Retirement and Aging environments have evolved significantly from older nursing home-style facilities to more engaging environments. They are no more seen as a cause of isolation and anguish but are developed as thriving communities with the capability to accommodate the changing requirements of the user.
What was once special considerations are now commonplace design provisions including facilitating aging in place, incorporation of future technological advancements, and inclusive spaces for the diverse cultures and communities residing in Australia.
We have started seeing some distinct trends gaining immense popularity due to the flexibility they offer as a result. Vertical Villages, Integrated Developments, and the recently evolving Hybrid Care offerings are some of the growing trends we are seeing in the care space.
Spearheaded by the baby-boomer market, contemporary integrated villages are being designed and marketed around the provision of innovative resort-style resident services and facilities with a range of lifestyle options. They offer increasingly sophisticated allied health and wellness, generous hotel-like communal and reception spaces, and beautifully landscaped gardens together with some spaces + facilities which can be shared with the larger community such as libraries, childcare, and public piazzas for the community to gather and interact.
Stanton Dahl aims to take a balanced view when engaged in the front-end design process, to ensure the briefing and stakeholder review processes deliver a village masterplan with practical integration of these facilities, but also with serious consideration for the ongoing cost of maintaining and managing them.
Our approach is always to consider people first – obviously our client’s objectives, but also the residents and occupants of the development. Can that particular market support the hydrotherapy pool, the extensive landscaping, and water features; or should that budget be directed elsewhere? High purchase costs and expensive ongoing fees are bigger concerns in more cost-sensitive locations, and all this has to be factored into the business case and early conceptual planning of the facility.
The increased popularity of this type of facility talks to community preference for a lifestyle-driven experience through retirement, and the desire to be able to age in place in a dignified manner – within your own community as much as your own home.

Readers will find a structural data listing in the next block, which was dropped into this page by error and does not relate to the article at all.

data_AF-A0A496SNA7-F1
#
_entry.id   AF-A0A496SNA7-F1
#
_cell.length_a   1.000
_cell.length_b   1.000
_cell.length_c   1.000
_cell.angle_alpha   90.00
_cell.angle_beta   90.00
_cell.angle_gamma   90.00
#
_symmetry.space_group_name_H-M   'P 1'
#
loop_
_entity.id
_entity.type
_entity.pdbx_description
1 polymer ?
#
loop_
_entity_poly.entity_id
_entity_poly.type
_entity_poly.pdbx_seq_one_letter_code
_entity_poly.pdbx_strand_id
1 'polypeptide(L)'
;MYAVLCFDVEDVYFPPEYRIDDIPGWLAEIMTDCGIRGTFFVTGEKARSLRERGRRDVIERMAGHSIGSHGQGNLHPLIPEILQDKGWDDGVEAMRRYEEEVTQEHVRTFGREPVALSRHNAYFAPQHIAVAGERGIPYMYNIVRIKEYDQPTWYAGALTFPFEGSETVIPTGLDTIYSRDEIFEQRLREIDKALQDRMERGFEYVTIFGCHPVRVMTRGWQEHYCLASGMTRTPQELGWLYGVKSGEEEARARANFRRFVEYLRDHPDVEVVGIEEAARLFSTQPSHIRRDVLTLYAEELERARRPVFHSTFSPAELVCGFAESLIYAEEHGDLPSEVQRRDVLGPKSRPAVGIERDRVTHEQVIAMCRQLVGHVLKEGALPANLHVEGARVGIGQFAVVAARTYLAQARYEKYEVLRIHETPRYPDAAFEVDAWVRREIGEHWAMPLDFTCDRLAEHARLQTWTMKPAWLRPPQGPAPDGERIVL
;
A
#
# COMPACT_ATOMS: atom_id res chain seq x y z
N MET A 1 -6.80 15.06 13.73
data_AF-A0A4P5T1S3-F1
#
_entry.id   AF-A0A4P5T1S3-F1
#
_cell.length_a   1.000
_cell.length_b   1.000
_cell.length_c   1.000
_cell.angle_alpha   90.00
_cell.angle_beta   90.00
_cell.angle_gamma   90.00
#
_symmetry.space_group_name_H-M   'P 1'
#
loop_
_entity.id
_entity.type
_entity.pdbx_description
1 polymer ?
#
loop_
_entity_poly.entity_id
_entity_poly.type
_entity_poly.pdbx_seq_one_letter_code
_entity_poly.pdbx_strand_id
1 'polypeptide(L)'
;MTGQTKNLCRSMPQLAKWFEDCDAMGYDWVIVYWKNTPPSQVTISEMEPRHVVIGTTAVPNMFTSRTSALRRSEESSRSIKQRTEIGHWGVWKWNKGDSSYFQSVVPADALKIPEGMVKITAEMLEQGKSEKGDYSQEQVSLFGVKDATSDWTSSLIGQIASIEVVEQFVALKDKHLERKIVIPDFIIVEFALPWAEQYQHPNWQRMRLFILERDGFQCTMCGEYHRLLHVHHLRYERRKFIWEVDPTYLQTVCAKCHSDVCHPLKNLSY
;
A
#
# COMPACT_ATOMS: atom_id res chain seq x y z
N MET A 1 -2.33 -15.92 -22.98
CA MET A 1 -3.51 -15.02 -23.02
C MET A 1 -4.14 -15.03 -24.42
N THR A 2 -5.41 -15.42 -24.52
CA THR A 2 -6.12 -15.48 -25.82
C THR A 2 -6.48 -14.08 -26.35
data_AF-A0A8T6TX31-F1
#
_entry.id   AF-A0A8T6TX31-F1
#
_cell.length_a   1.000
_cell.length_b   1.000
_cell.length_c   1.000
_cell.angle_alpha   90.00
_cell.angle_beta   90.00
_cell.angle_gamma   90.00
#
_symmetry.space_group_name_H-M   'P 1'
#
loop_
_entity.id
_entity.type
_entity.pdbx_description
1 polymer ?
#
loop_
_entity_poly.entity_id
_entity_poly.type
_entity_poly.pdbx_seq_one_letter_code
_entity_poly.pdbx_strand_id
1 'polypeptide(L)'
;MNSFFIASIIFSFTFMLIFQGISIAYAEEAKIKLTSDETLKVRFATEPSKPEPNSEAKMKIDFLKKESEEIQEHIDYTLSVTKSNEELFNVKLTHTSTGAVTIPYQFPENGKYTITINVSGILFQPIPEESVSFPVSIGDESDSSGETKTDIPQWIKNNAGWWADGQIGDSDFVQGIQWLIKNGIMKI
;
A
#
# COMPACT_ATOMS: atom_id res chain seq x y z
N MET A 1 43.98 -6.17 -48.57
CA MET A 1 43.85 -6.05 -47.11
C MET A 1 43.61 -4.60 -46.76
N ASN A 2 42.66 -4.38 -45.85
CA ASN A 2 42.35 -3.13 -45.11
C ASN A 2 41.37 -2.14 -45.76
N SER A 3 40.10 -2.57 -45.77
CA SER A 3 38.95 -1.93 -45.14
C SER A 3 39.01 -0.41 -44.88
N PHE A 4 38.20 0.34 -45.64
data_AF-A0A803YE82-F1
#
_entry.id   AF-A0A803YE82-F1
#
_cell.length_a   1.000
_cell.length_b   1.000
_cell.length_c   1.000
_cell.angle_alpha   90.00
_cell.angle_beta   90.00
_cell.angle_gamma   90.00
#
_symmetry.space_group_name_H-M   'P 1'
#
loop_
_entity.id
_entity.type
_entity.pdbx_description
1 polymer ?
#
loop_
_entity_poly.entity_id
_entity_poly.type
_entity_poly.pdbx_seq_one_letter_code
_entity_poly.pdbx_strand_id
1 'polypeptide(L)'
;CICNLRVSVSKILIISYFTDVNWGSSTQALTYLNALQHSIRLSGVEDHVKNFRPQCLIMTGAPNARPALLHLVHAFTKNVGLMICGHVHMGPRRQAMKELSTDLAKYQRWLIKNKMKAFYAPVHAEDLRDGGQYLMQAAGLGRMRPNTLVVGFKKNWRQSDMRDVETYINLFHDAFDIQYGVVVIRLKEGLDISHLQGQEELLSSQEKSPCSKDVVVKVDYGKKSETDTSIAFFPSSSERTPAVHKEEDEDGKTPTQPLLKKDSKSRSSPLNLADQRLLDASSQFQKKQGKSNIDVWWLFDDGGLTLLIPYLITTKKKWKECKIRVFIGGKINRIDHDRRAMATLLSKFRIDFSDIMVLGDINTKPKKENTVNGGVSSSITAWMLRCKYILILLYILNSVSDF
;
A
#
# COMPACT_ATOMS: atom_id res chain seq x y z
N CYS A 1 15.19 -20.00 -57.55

There are many models in development pursuing this sort of innovation in specialist residential typologies, and we believe this trend will continue. Service providers who develop and operate their own facilities drive many of these innovations which are the result of extensive research into their models of care. One such area which is increasingly prevalent is the rise of vertical villages.
*Image reference: Panorama Retirement Home designed by ACDF Architecture, Quebec, Canada.
Vertical villages are essentially integrated facilities incorporating aged care and retirement living with the associated facilities – just in buildings with multiple stories. Vertical villages are typically located in more densely built-up urban areas around capital cities, where land costs are much higher. The increased desire to live closer to urban centres is clearly not just about living closer to work; but having access to entertainment, cultural facilities, and transportation.
These sorts of villages can provide much needed aged care accommodation in areas that are undergoing significant densification and gentrification. In contrast to older people moving further away to seek care, and therefore becoming isolated from their communities, family, and friends.
There are some good examples of recently completed developments that are pursuing innovation in specialist integrated facilities – and we believe this trend will continue – particularly for urban sites where vertical villages are the most appropriate and competitive way of delivering a product to the market.